America is like the exclusive nightclub everyone wants to get into, and immigrants, especially Mexicans and Latinos, are near the bottom of the list.
When talking about illegal immigrants, I’ll hear too often, “Why don’t they just get legalized?” The truth is: it’s a hard and long process to immigrate to this country legally.
Illegally? That’s not a problem. It’s actually the preferred or most popular choice, but it makes immigration one of the biggest political and social issues this country continues facing. Kind of like my white aunt’s “Mexican” cuisine. Nice try, Stacy, but these are not enchiladas.
It’s not just Mexicans we are talking about, though. According to Reuters, there are 11.5 million undocumented illegal immigrants here in the United States. Mexicans make up 59 percent of that number, with 6.8 million, and 2.8 million in California alone.
The Washington Post recently reported a group of congressmen, along with John McCain, who has always been surprisingly immigrant friendly, have begun to push a proposal in late January to completely update and reform America’s immigration laws.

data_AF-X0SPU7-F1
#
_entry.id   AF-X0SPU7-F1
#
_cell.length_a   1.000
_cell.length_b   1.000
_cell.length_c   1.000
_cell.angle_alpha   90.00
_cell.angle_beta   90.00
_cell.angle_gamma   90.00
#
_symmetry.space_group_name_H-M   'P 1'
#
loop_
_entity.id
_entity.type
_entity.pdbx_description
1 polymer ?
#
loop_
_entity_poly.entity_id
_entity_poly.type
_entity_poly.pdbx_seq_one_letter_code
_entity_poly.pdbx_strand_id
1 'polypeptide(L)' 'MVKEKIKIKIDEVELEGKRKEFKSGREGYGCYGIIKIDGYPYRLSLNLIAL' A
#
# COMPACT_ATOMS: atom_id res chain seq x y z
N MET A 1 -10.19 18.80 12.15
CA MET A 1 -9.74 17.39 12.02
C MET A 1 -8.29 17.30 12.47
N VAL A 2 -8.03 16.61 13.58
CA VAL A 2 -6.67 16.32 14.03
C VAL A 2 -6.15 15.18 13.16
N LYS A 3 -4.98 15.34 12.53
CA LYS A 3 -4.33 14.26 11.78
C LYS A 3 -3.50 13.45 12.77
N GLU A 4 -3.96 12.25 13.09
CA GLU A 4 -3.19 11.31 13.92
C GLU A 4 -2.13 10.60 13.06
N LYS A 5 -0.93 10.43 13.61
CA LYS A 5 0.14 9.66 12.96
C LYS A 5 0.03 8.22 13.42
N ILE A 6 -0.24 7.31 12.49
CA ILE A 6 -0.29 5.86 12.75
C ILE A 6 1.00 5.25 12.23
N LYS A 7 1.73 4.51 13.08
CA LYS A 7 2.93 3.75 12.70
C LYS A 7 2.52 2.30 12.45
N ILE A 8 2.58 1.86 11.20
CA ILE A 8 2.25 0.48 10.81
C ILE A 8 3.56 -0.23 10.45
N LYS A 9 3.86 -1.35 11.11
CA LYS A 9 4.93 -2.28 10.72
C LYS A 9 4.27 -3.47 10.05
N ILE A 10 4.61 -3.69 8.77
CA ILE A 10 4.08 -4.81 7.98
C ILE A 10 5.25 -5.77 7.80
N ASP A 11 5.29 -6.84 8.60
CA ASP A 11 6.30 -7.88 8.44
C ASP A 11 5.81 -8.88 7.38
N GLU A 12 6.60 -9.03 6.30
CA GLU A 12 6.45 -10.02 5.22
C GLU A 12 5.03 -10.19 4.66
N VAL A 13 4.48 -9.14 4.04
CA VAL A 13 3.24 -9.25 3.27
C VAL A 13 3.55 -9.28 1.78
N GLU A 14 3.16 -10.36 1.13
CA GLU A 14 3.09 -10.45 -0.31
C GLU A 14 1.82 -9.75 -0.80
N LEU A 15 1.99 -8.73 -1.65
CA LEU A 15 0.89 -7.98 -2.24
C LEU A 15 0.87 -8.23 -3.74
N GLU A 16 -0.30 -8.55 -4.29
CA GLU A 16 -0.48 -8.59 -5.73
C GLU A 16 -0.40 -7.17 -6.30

This reform would give the 11.5 million illegals a clearer path toward legal citizenship.
This is exactly what needs to happen. Even if I tried, I wouldn’t even begin to be able to explain to you the process.
The two least murky paths are through family or employment. One of the first steps is to already have a job in the U.S. for a visitor or work visa. But how are most people without any connections to this country supposed to already have a job lined up? That is setting immigrants up for failure right from the start, like another George Lopez sitcom.
Thanks to a flow chart released by The Washington Post, people were able to see the nightmarish path toward legal citizenship. The chart looks like a chemistry formula in ancient hieroglyphics.
The process can take up to 28 years to complete. This is why so many immigrants just forego the process and make it here illegally. They find it too difficult, too expensive, and opt to remaining illegal.
Just because they are illegal doesn’t mean they are dangerous or criminals. Most of the people coming over are families that were not lucky enough to be born across the border, ultimately, trying to better their lives.